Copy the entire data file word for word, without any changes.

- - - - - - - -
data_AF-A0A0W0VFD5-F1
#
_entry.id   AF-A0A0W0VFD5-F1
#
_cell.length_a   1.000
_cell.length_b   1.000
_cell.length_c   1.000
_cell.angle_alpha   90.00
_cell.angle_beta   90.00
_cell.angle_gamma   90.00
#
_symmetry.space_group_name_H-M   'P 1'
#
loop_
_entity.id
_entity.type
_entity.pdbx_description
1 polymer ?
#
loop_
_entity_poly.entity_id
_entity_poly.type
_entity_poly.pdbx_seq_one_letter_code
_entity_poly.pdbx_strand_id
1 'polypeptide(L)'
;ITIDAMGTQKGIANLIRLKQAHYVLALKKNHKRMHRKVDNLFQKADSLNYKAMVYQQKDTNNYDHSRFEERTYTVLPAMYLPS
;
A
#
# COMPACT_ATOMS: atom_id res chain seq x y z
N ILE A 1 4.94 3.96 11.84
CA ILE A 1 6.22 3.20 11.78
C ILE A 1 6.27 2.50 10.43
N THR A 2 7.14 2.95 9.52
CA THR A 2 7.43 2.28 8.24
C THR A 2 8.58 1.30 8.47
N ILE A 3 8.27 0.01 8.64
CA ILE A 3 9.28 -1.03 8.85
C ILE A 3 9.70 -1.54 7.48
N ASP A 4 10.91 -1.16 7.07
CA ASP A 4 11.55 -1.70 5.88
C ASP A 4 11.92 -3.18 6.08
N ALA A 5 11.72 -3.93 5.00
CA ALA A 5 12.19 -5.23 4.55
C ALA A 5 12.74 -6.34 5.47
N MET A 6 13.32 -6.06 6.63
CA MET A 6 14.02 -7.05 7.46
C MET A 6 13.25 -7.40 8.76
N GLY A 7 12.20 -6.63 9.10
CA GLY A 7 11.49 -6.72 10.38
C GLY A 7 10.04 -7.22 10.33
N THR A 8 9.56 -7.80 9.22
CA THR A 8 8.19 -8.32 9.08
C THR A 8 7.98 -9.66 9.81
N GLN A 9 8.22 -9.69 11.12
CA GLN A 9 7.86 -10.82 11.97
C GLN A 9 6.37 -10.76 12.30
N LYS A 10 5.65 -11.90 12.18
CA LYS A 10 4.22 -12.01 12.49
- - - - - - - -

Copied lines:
data_AF-A0A0W0VFD5-F1
#
_entry.id   AF-A0A0W0VFD5-F1
#
_cell.length_a   1.000
_cell.length_b   1.000
_cell.length_c   1.000
_cell.angle_alpha   90.00
_cell.angle_beta   90.00
_cell.angle_gamma   90.00
#
_symmetry.space_group_name_H-M   'P 1'
#
loop_
_entity.id
_entity.type
_entity.pdbx_description
1 polymer ?
#
loop_
_entity_poly.entity_id
_entity_poly.type
_entity_poly.pdbx_seq_one_letter_code
_entity_poly.pdbx_strand_id
1 'polypeptide(L)'
;ITIDAMGTQKGIANLIRLKQAHYVLALKKNHKRMHRKVDNLFQKADSLNYKAMVYQQKDTNNYDHSRFEERTYTVLPAMYLPS
;
A
#
# COMPACT_ATOMS: atom_id res chain seq x y z
N ILE A 1 4.94 3.96 11.84
CA ILE A 1 6.22 3.20 11.78
C ILE A 1 6.27 2.50 10.43
N THR A 2 7.14 2.95 9.52
CA THR A 2 7.43 2.28 8.24
C THR A 2 8.58 1.30 8.47
N ILE A 3 8.27 0.01 8.64
CA ILE A 3 9.28 -1.03 8.85
C ILE A 3 9.70 -1.54 7.48
N ASP A 4 10.91 -1.16 7.07
CA ASP A 4 11.55 -1.70 5.88
C ASP A 4 11.92 -3.18 6.08
N ALA A 5 11.72 -3.93 5.00
CA ALA A 5 12.19 -5.23 4.55
C ALA A 5 12.74 -6.34 5.47
N MET A 6 13.32 -6.06 6.63
CA MET A 6 14.02 -7.05 7.46
C MET A 6 13.25 -7.40 8.76
N GLY A 7 12.20 -6.63 9.10
CA GLY A 7 11.49 -6.72 10.38
C GLY A 7 10.04 -7.22 10.33
N THR A 8 9.56 -7.80 9.22
CA THR A 8 8.19 -8.32 9.08
C THR A 8 7.98 -9.66 9.81
N GLN A 9 8.22 -9.69 11.12
CA GLN A 9 7.86 -10.82 11.97
C GLN A 9 6.37 -10.76 12.30
N LYS A 10 5.65 -11.90 12.18
CA LYS A 10 4.22 -12.01 12.49